1. Holy Thursday – The Mass of the Lord’s Supper: Prior to the Lord’s Supper, Chrism Mass is celebrated in the morning or at a more convenient day before. At every Chrism Mass the bishop, in union with all the priests in the diocese, celebrates the Eucharist with the faithful. The peculiarity of this celebration include the renewal of priestly commitments and the blessing of the 3 sacramental oils: Catechumens, the sick, and chrism.
While the morning liturgy recounts the institution of the priesthood, the Lord’s Supper in the evening concentrates on the institution of the Eucharist. In anticipation of his ultimate sacrifice on the cross, Jesus established the sacramental reenactment of his death. Priests and bishops, the successors of the apostles, are called to minister this Eucharistic gift to all the faithful, as commanded in the New Law (“love one another as I love you”). Such model of love (leadership by service) was dramatically expressed when Jesus washed the feet of his apostles. This evening liturgy concludes with adoration in solidarity with Jesus during the late hours of his trials.
2. Good Friday: This afternoon service marks the Lord’s passion and death. On Good Friday, Jesus paid the ultimate price on the cross. Therefore, no Mass (memorial of this sacrifice) is celebrated in the entire Catholic world. Divided into 3 parts: Liturgy of the Word; Veneration of the Cross; and Communion, the service reflects a mournful silence and meditative appreciation of the substitutive sacrifice undertaken for our sake.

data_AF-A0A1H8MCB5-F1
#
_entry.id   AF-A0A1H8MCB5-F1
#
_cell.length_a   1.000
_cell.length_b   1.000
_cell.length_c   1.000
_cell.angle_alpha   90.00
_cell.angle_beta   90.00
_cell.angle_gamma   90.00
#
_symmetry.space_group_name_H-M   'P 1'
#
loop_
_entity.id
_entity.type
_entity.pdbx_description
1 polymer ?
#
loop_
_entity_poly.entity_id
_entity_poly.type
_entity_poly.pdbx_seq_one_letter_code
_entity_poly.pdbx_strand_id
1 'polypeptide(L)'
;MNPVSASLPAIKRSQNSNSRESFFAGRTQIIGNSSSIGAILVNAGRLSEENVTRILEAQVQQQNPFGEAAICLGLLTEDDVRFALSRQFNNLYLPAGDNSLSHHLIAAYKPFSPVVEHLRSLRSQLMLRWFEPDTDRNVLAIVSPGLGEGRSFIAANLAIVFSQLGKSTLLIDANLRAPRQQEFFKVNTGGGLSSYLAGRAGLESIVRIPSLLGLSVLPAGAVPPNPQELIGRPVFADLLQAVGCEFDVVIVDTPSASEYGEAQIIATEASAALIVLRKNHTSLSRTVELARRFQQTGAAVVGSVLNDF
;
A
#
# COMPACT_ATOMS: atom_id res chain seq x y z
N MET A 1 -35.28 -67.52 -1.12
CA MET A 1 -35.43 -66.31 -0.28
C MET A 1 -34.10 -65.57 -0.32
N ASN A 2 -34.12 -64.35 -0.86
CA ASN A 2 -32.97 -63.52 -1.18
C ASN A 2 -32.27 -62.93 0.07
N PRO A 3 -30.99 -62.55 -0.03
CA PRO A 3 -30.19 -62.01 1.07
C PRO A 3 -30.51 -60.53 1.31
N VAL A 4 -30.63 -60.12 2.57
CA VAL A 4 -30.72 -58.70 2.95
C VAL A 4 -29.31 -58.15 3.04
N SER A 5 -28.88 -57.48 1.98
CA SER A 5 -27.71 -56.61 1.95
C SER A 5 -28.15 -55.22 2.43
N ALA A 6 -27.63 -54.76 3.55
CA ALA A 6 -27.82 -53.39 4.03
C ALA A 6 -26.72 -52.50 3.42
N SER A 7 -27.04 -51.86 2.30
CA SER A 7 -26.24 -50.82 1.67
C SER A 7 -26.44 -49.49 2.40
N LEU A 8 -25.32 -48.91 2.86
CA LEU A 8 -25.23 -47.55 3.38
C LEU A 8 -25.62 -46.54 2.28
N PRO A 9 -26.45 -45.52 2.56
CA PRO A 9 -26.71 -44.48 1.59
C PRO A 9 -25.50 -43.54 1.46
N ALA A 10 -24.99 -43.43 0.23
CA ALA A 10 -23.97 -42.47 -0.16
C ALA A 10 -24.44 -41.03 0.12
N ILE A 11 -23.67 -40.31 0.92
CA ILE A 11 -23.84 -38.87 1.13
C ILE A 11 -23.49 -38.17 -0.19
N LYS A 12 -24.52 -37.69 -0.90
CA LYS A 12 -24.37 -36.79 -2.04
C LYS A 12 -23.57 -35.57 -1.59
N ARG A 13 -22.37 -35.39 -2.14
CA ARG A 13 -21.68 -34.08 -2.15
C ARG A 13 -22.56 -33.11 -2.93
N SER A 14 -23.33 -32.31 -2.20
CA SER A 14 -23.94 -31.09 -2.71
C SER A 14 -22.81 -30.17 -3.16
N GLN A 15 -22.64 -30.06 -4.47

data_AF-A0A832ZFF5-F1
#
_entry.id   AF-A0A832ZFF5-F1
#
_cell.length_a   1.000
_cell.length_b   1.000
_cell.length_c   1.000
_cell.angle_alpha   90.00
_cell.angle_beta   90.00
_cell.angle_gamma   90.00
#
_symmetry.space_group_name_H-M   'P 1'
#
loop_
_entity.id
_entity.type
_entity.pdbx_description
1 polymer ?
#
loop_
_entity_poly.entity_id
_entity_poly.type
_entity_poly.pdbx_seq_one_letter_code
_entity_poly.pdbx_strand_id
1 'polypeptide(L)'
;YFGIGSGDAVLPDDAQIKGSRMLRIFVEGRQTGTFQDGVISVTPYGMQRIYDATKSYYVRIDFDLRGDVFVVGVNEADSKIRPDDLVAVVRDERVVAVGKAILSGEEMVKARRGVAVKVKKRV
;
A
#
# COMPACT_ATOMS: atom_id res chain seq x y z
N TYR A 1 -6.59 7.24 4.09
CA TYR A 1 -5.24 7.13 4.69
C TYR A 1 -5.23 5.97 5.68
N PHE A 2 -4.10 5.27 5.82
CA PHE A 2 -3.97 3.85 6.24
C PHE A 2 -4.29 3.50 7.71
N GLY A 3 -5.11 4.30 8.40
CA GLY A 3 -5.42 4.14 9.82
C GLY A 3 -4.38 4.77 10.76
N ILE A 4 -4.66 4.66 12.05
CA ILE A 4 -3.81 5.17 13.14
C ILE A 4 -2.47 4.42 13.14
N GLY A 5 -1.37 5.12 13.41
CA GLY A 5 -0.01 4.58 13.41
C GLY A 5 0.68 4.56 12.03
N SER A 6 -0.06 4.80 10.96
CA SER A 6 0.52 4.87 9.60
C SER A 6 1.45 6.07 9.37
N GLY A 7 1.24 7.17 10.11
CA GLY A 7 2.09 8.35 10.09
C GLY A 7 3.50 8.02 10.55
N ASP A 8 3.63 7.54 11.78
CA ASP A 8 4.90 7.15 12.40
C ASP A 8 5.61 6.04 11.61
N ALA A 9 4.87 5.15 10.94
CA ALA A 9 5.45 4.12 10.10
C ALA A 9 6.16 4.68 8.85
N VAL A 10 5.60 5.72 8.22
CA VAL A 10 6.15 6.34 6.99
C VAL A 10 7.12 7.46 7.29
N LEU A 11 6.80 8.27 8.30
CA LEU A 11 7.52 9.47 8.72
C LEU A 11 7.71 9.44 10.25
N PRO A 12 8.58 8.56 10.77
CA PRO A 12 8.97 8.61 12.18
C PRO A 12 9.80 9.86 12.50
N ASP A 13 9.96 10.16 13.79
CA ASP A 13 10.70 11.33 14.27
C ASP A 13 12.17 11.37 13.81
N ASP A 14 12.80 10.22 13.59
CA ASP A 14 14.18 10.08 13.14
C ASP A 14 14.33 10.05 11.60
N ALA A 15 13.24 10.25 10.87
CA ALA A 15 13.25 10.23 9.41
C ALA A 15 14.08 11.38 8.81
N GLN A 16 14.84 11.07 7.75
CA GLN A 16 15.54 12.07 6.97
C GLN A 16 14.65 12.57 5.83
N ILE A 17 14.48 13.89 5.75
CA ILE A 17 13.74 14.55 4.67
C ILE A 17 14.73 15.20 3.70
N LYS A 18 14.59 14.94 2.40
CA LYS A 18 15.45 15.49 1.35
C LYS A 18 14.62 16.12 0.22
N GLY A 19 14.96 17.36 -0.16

3. Holy Saturday – Easter Vigil: Silence beclouds the entire universe as the savior of the world communes with all those who died in friendship with God. At nightfall, the vigil commences with a) the service of the Light, which heralds Christ as the Light of the darkened world. Then follows: b) liturgy of the Word, c) Liturgy of baptism and d) liturgy of the Eucharist. At this lengthiest ceremony, Christ is presented as the only Hope of the world, for eternal salvation. As the Light of the world, the baptized are illumined daily through active participative in the Word and the Eucharist.
Easter Sunday heralds the great news of Christ’s resurrection. Our hope would have been hopeless, if Christ had not risen. Our joy, knows no bounds because Christ is indeed risen; Alleluia. This assured hope manifests in the boldness of the weak Peter, who publicly witnessed to the truth of the victorious Christ over his killers (Acts 10: 34a, 37-43). As children of resurrection, our focus should be on heavenly things as instructed by St. Paul (Col 3: 1-4). When conscious of the heavenly destination, the love of Christ urges us on. In the gospel (John 20: 1-9), Mary Magdalene, drawn by love for Christ dared the fear of darkness or the Jews, and arrived earliest at the tomb. As such she became the first “apostle” of post resurrection. With Magdalene’s alert, Peter and John ran to the tomb. Peter arrived after John partly because of age, but majorly because the beloved, also drawn by love identified with the Master until death. Peter therefore ran with mix feelings due to the remorse from his triple denials. May the Love of Christ’s resurrection Light urges us on.
God bless you, Fr. Levi